July 13, 2010 -- Increasingly disenchanted with President Obama's work on the stalled economy, registered voters by an 8-point margin say they'd prefer to see the Republicans take control of Congress – the clearest sign yet of GOP opportunities and Democratic risks in the 2010 midterm elections.
A year and a half into his presidency, 51 percent in a new ABC News/Washington Post poll would rather have the Republicans run Congress "to act as a check on Obama's policies," vs. 43 percent who want the Democrats in charge to help support those policies. That's accompanied by a 7-point, one-month drop in approval of Obama's handling of the economy, to a career low.
While Democrats are most at risk, the danger's not theirs alone. Registered voters by 62-26 percent are inclined to look around for someone new for Congress rather than to re-elect their current representative – the broadest anti-incumbency on record in ABC/Post polls since 1989. Backing for incumbents has lost 11 points since February, an unusually steep decline.
There are other signs of raging discontent: ABC's Frustration Index remains well in the red zone, at 67 on its scale of 0 to 100, right where it's been all year. It's reached higher just twice, likewise in times of deep economic trouble – in fall 2008, 80; and in 1992, 73.
The index is based on anti-incumbency, ratings of the economy – 90 percent say it's in bad shape – dissatisfaction with the government overall and presidential approval. The latter's another tough one for Obama: His job approval rating has slipped to 50 percent, tying his career low in ABC/Post polls, with 47 percent disapproving. Those who "strongly" disapprove outnumber strong approvers by 7 points, the widest such margin to date.
Economic Indicators and the 2010 Elections
If the question has been when Obama owns the economy, it looks to be now – not at a happy time, given 9.5 percent unemployment. He'd made slight progress on this key issue, inching ahead from 45 percent approval on the economy in March to 50 percent in June. That's now gone, down 7 points in this poll to 43 percent, with 54 percent disapproving, a new high. And "strong" disapprovers outnumber strong approvers by a record 41 percent vs. 20 percent.
Saying the economy's getting better, moreover, may not help Obama and the Democrats, and indeed could hurt. Just 27 percent in this poll see it improving, not significantly different from 30 percent last month, and surely not on the way up. Claiming the economy was advancing when most Americans didn't see it was the precisely the pothole that swallowed George H.W. Bush in his unsuccessful re-election bid in 1992.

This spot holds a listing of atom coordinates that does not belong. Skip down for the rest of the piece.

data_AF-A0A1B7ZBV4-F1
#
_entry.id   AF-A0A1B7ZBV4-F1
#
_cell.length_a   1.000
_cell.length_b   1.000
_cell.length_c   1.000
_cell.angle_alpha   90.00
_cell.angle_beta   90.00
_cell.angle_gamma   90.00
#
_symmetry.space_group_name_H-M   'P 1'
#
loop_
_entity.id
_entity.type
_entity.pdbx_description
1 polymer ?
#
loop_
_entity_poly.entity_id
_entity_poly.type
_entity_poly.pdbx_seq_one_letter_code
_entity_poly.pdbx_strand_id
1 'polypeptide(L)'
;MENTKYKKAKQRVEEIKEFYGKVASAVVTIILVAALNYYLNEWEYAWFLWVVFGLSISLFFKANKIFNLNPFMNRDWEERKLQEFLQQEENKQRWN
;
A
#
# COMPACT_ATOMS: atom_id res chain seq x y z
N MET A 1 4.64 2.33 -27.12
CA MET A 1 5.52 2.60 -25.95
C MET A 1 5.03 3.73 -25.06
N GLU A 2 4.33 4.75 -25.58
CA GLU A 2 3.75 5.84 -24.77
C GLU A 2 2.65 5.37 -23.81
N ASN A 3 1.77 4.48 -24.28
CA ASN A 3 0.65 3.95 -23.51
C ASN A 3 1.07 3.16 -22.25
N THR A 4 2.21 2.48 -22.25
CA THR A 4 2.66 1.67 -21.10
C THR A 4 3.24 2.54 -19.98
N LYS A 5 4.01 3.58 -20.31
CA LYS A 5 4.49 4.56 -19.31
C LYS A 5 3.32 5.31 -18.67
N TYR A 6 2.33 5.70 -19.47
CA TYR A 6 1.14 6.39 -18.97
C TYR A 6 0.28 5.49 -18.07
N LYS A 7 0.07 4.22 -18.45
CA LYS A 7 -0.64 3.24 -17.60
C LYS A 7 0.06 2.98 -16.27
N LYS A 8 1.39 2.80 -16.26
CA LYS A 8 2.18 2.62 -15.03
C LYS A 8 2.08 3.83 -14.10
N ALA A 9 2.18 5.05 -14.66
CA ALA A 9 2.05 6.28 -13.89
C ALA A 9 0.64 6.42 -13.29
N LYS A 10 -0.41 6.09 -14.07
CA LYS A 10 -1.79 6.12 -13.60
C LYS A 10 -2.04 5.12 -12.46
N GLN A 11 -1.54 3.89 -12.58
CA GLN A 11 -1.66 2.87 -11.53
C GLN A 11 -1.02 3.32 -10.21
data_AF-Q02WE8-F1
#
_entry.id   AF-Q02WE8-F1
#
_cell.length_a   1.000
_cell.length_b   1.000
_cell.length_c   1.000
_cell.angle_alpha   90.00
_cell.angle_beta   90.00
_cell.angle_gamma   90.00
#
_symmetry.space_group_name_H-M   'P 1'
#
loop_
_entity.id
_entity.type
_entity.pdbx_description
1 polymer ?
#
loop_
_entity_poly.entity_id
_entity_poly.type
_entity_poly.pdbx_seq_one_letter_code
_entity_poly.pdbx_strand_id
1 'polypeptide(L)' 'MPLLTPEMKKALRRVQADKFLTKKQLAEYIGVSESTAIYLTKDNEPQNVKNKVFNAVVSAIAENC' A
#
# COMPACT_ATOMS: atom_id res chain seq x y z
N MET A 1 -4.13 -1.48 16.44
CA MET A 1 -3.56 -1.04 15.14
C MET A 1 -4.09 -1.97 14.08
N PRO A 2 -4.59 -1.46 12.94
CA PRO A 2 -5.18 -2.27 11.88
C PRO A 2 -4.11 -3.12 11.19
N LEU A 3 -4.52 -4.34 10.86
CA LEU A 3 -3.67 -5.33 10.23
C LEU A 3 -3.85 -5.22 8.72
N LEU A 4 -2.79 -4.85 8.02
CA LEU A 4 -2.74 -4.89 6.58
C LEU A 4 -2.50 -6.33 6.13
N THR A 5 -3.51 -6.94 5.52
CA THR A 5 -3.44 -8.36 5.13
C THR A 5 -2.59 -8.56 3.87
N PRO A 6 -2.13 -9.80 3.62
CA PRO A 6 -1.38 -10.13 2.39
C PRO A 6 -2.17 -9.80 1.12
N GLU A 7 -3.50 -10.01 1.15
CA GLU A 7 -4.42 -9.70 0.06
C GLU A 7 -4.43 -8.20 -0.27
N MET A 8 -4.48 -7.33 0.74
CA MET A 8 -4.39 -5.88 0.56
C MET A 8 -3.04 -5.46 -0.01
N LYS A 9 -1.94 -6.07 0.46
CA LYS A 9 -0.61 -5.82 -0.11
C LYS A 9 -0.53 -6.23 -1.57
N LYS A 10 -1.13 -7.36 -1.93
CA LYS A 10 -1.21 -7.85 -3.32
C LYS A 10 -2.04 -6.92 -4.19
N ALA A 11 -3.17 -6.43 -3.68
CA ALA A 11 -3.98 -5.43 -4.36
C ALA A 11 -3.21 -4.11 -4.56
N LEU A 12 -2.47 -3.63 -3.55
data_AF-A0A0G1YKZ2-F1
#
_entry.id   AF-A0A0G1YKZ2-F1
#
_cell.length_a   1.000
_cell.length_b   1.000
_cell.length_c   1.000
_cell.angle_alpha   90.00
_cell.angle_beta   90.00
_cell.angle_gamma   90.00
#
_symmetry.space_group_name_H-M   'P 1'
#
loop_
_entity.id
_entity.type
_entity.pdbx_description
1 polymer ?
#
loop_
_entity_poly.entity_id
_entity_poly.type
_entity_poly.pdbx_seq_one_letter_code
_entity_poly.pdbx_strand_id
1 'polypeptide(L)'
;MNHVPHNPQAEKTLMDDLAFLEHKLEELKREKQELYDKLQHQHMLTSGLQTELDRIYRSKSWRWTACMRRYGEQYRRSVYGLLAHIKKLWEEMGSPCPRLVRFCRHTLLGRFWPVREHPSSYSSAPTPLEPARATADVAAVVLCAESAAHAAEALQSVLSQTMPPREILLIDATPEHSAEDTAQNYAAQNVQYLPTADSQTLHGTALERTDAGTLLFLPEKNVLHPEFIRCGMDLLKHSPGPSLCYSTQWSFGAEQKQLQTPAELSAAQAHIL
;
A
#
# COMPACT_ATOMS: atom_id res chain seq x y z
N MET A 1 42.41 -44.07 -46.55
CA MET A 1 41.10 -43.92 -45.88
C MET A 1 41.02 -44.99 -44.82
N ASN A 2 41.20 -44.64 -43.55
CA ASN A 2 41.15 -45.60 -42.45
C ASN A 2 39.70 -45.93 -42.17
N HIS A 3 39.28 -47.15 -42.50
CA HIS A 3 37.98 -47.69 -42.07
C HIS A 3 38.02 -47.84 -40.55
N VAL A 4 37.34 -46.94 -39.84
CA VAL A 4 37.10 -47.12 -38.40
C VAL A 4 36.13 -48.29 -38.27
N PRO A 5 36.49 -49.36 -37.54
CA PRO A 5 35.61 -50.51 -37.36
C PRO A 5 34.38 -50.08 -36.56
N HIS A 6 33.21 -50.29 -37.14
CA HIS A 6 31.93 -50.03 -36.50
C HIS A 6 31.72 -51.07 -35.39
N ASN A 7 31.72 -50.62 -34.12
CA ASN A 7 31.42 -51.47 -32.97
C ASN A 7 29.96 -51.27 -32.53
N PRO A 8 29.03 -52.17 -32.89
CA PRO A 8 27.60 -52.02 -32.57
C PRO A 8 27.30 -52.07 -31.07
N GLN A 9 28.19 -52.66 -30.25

It's not all about Obama; even among people who approve of his job performance, 51 percent are inclined to look for someone new for Congress. But that rises to 72 percent of disapprovers. And by another gauge, anti-incumbency stands at 47 percent among Democrats who are registered to vote, but 71 percent among Republicans – and an ominous 70 percent among independents, quintessential swing voters.
Poll: Number of Independents Surpasses Both Democrats, Republicans
Independents are not only important, they're ascendant: Forty percent of Americans in this survey identify themselves as independents, among the most in 29 years of ABC/Post polls (and roughly this high steadily since spring 2009). The past year has been one of the few periods in which the number of independents has surpassed both Democratic (now 31 percent) and Republican (24 percent) self-identification.
Overall, registered voters overall divide almost exactly evenly in their party preference for House candidates – 47 percent for the Republican candidate in their congressional district, 46 percent for the Democrat. It's 49-45 percent among those most likely to vote.
Among independents, it's 47 percent for the Republican candidate, 40 percent for the Democrat – and among independents who say they're likely to vote, it's a wide 53-36 percent advantage for Republican candidates.
PUSHBACK – There is pushback for Obama and his party. Dissatisfaction with the federal government, while still high, has eased slightly. The Democrats actually retain an advantage in trust over the Republicans to handle the economy, 42-34 percent, although a record 17 percent volunteer that they don't trust either party to fix the problem. And a mere 26 percent express confidence in the Republicans in Congress to make the right decisions for the country's future, trailing the Democrats (32 percent) and Obama (43 percent, a new low) alike.
Lack of confidence in the Republicans, plus their stubbornly low allegiance numbers since the Bush presidency went bad, indicate that they're not benefiting from affirmative support for their own plans, but rather from dissatisfaction with Obama and the Democratic-led Congress.
That's a weaker hand to play, and it's one reason that high-level enthusiasm among intended Republican voters is essentially no better than it is among intended Democratic voters. Thirty percent of those who plan to vote for a Republican candidate say they're "very enthusiastic" about it, but so are 28 percent of those who plan to support a Democrat. Compare those to "very enthusiastic" support among Obama's voters in 2008 – 68 percent.